FTC GIVES OK FOR LSAI BUYOUT

WASHINGTON — The Federal Trade Commission Wednesday gave its antitrust go-ahead to a planned buyout through a $265-a-share offer of all nonfamily shareholders of Levi Strauss Associates Inc. (LSAI), and also will allow Levi Strauss descendants to raise cash with some of their stock, if they choose.
The FTC made its announcement, without elaboration, in its daily listing of acquisitions the agency has found pose no anticompetitive problems.
Last week, a Levi’s spokesman said that contrary to published reports, it is impossible to estimate the value of LSAI Holdings Corp. shares until the amount of debt accrued in the merger is calculated. LSAI Holdings is the new company that is purchasing LSAI.
Currently, the company has a $1 billion cash surplus.
Levi’s family members who hold class-L shares are still determining what portion of their shares they will keep, and what portion they will cash out. Levi’s expects the merger to be consummated in late March or early April, the spokesman said.
One thousand Holdings shares were issued initially and were sold for $250,000. The shareholders include Robert D. Haas, chief executive officer and chairman of Levi Strauss & Co.; investment bankers F. Warren Hellman and Tully M. Friedman, and Thomas J. Bauch, Levi’s senior vice president and general counsel.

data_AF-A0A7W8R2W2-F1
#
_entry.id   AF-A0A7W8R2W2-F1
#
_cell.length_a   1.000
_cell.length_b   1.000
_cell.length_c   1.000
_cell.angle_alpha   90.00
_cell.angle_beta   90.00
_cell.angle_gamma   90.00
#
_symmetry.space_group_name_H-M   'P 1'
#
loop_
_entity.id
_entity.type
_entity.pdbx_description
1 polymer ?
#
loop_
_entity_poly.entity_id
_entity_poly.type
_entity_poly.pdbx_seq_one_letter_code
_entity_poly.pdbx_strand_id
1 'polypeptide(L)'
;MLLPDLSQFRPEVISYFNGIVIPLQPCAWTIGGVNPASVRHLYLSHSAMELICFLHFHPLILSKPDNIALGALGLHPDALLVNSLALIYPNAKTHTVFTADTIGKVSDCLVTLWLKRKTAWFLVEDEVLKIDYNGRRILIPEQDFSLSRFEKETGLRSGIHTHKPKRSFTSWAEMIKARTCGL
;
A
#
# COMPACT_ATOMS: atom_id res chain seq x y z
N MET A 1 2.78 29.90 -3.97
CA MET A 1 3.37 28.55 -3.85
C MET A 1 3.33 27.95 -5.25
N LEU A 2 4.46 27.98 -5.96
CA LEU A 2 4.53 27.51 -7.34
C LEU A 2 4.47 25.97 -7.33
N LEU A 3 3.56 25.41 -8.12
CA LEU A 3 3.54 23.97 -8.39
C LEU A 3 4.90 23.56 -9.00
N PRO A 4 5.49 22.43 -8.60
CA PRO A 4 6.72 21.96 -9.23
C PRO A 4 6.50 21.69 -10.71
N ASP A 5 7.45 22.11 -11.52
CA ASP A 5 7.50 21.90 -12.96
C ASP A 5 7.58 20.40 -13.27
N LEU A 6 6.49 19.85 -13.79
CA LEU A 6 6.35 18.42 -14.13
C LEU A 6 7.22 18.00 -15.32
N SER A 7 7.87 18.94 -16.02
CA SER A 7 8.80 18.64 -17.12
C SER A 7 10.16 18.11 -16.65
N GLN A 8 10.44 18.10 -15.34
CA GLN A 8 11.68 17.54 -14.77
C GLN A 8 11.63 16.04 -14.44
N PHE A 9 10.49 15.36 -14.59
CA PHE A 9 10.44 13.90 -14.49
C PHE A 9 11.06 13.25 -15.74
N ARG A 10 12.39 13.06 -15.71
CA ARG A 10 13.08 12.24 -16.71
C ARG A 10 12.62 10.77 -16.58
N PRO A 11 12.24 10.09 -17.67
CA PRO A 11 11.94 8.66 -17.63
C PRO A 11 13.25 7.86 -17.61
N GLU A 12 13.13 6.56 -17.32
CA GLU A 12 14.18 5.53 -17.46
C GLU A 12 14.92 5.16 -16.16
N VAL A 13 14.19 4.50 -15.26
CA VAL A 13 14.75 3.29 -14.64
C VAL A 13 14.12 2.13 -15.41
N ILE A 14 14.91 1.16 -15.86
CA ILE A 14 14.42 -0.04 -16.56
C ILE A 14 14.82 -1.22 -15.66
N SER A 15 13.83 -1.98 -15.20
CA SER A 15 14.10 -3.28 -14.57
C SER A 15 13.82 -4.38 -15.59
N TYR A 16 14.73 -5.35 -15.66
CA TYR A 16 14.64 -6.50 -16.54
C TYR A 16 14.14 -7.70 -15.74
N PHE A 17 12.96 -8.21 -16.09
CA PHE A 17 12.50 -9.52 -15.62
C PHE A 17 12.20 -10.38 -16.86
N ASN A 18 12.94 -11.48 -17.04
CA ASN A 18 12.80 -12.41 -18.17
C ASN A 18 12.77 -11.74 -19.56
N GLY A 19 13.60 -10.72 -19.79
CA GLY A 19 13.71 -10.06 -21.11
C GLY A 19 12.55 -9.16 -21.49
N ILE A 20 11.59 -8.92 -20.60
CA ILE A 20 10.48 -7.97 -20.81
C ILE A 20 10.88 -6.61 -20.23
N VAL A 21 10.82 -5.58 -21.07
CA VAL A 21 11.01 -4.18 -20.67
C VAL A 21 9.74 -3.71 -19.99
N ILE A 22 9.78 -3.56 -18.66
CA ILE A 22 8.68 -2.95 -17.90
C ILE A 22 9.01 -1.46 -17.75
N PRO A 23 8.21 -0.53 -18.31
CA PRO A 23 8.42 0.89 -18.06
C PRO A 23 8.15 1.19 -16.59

A 331-to-one stock split this year left Robert D. Haas with 264,550 shares, Friedman and Tully with a total of 39,682 shares and Bauch with 26,455, according to the filing.
The spokesman also denied a published report that the initial purchasers got a bargain on the Holdings shares as a reward for organizing the merger. Robert D. Haas and Hellman will be two of the four voting trustees who will control Holdings once the merger is complete. The other two trustees are Peter E. Haas Jr. and Peter E. Haas Sr., the cousin and uncle of Robert D. Haas, respectively.
“Because their beneficial ownership of Holdings shares following the merger is likely to well exceed one-third of the outstanding Holdings shares, the voting trustees are likely to have the ability to perpetuate themselves as voting trustees and thereby choose the Holdings board for the duration of the Holdings Trust,” the SEC filing said.

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